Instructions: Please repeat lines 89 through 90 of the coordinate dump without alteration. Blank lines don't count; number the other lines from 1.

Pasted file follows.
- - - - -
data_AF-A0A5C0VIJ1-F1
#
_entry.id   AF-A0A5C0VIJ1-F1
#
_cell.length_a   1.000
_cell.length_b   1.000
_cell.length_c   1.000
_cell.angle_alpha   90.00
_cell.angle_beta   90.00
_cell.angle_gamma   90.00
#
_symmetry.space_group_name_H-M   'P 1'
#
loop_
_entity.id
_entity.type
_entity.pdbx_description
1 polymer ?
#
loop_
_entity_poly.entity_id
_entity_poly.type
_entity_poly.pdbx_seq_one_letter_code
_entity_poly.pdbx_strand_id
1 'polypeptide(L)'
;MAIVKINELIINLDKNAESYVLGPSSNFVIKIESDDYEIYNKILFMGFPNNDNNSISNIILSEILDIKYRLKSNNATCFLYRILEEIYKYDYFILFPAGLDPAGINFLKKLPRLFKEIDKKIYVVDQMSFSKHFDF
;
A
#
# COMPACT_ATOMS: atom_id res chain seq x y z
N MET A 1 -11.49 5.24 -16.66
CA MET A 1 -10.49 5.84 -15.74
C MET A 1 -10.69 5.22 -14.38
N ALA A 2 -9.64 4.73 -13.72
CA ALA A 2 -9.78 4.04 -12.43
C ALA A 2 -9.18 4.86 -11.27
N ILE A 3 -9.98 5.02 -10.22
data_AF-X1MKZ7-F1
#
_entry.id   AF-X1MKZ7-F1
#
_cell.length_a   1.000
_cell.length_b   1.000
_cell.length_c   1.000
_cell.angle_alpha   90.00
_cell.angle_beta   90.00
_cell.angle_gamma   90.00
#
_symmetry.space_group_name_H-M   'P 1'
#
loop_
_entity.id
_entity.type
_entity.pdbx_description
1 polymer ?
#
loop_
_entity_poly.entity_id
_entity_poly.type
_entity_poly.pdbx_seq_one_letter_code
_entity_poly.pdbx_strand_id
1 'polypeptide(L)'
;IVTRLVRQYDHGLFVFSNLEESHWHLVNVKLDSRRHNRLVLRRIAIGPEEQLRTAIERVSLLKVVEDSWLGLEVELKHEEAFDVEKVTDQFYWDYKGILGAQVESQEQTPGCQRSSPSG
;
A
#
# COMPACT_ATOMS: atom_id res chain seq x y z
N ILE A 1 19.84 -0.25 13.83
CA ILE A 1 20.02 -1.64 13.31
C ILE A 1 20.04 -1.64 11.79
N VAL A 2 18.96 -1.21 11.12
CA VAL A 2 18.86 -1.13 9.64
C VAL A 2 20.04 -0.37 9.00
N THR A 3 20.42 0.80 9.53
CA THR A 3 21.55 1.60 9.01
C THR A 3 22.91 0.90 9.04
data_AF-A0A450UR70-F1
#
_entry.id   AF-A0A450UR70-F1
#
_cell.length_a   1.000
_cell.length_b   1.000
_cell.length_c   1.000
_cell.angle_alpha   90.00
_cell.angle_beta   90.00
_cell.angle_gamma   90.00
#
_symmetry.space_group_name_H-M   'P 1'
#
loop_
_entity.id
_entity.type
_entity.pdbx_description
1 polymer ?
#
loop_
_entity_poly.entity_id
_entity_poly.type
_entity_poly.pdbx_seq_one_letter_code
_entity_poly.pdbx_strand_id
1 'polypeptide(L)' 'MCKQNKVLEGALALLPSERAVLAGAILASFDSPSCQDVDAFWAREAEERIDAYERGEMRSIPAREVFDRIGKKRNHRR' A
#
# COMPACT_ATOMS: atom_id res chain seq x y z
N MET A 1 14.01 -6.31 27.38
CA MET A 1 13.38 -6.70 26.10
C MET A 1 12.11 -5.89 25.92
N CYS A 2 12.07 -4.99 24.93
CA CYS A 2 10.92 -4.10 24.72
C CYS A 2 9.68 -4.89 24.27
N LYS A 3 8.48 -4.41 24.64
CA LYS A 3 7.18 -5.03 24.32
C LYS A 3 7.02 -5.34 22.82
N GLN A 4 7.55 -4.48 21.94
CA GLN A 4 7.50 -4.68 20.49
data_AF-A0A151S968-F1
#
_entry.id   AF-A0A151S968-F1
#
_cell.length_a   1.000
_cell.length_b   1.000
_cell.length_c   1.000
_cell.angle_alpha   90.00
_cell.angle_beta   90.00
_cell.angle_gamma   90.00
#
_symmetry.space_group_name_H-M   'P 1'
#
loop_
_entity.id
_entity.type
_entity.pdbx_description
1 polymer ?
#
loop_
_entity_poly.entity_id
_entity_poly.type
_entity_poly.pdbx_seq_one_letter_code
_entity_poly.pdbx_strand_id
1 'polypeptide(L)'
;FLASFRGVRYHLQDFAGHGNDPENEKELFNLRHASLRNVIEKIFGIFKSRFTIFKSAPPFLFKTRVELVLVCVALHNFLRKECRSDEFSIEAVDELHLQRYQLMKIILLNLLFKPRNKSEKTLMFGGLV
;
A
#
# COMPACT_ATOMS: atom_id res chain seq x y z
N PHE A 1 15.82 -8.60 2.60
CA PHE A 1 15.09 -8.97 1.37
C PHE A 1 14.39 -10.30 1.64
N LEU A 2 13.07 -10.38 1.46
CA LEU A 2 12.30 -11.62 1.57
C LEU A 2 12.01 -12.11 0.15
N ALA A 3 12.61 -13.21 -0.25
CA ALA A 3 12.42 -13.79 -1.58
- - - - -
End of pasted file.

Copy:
#
loop_